- (A) Assumed settlement date: The actual trade settlement date was unknown at the time of the trade. The settlement date is usually after the trade date.
- (B) Broker’s Broker trade: Indicates an inter-dealer trade done by a broker’s broker.
- (L) List offering price/takedown trade: Indicates a trade executed on the first day of trading of a new issue, either by an underwriter or another broker-dealer or bank involved in the initial distribution of the securities at the published list offering price for the security, or by an underwriter to another broker-dealer or bank involved in the initial distribution of the securities at a discount (or “takedown”) from the published list offering price for the security.
- (P) Weighted average price trade: Indicates that a trade was reported using a weighted average price based on multiple transactions done at different prices earlier in the day to accumulate the total amount of bonds needed to make the transaction.
- When Issued trade: Indicates that a trade in a new issue security was executed on or before the final issuance or settlement of the issue of securities by the issuer.
In the News:
“Treasury to Issue Regulations on Issue Price,” The Bond Buyer, March 9, 2012. “Lawyers should not have to look at prices on the MSRB’s online EMMA system to determine if munis were initially offered at prices that raise questions about tax-law compliance.”
“IRS Details How Issuers Can Check Bonds’ Issue Price,” The Bond Buyer, June 14, 2012. (Available here) “When IRS agents look at EMMA data, they look for instances where the bonds were not fully placed, there are upward pricing trends, or simultaneous trades showing less than 100% at the initial public offering and premium trades occurred subsequently. They also look for apparent dealer prioritization over the public and the dealers involved in the trades. […] The TEB’s focus in terms of scrutiny of issue price is primarily with negotiated sales and not competitive sales, according to Dodd. ‘It is our understanding that any of the pricing anomalies that we think we might observe will likely be in respect to negotiated deals,’ she said.”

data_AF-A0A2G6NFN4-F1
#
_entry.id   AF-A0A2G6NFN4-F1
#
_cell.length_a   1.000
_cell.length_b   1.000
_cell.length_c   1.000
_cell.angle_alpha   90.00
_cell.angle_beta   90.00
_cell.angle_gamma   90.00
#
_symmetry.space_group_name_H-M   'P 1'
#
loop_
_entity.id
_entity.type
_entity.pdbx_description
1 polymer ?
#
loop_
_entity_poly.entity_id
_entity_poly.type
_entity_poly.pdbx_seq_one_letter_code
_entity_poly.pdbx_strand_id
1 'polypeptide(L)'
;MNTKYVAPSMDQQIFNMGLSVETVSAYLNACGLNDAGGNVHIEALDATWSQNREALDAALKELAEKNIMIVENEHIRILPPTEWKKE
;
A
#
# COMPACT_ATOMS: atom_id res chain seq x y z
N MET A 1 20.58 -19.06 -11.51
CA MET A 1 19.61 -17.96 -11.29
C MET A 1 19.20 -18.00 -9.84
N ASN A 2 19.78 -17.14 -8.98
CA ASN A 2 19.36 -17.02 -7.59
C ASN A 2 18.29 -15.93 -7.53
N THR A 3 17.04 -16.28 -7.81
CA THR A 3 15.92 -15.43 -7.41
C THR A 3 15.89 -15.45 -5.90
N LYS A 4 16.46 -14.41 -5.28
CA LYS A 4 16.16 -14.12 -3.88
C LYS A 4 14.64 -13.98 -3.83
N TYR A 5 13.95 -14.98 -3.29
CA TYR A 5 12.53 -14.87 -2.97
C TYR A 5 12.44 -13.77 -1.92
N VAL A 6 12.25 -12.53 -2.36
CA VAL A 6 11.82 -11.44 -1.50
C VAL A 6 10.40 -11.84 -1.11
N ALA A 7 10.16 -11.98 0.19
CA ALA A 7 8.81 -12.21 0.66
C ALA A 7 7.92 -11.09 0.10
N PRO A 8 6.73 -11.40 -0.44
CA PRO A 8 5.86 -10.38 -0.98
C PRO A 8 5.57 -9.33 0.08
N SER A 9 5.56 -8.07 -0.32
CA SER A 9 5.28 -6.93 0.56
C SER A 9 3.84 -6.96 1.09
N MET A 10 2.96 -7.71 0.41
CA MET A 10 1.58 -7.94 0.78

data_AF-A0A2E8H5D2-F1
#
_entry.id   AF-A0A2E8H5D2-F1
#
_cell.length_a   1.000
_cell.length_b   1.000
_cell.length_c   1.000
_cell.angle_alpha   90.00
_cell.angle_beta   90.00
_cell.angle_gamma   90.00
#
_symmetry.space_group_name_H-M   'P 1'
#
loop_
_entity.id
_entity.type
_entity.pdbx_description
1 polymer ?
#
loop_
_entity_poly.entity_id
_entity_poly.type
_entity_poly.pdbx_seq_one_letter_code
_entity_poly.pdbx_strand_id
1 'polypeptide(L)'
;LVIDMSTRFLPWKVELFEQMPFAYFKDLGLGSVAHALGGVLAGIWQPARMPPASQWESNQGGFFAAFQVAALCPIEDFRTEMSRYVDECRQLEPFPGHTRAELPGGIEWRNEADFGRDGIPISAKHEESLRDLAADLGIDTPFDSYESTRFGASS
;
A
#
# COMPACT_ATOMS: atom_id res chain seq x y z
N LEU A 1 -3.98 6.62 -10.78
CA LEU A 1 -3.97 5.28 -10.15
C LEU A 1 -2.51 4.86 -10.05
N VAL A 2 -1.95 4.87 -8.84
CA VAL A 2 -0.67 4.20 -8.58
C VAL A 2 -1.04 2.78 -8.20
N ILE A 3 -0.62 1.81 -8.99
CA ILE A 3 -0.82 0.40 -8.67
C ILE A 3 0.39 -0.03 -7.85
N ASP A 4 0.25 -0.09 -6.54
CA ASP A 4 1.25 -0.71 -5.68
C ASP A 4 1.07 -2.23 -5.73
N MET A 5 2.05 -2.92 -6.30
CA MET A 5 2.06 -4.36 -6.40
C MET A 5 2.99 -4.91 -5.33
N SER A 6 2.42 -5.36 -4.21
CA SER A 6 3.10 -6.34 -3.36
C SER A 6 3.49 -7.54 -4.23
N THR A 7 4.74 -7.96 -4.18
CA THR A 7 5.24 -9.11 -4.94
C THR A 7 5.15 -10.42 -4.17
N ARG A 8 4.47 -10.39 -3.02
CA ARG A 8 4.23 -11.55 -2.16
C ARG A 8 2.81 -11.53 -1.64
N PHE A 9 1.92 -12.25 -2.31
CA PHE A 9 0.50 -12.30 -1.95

“IRS Released Proposed Arbitrage Regulations,” Kutak Rock LLP, September 20, 2013. (Available here)
“U.S. Treasury Releases More Workable Proposed Regulations under ‘Issue Price’ for Municipal Bonds,” Greenberg Traurig, LLP, June 30, 2015. (Available here)
Comment Regarding Competitive Sales Exception to the General Rule, National Association of Bond Lawyers, February 22, 2016. (Available here)
- If there are multiple maturities, how will the issue price need to be determined:
- The issue price will need to be determined on a per-maturity basis. A substantial amount of bonds for each maturity must have been sold to know the issue price. A substantial amount is 10%.
- What happens if the underwriter has not been able to sell a “substantial amount” of any particular maturity:
- If a bona fide public offering was made, the issue price is determined as of the sale date based on “reasonable expectations regarding the initial public offering price.” Furthermore, the issue price does not change if part of the issue is later sold at a different price. This means, the issue price can be established either by proving up that a substantial amount of each maturity/interest rate has actually been sold, or at least stating what the reasonable expectations of such sale were by the underwriter on the sale date. See Treas. Reg. 1.148-1(b).
- If the bonds are being privately placed, the issue price is the price at which they are purchased. There is no concept or need of sale of a “substantial amount.”
See TD 9599 for final regulations regarding issue price for publicly traded property.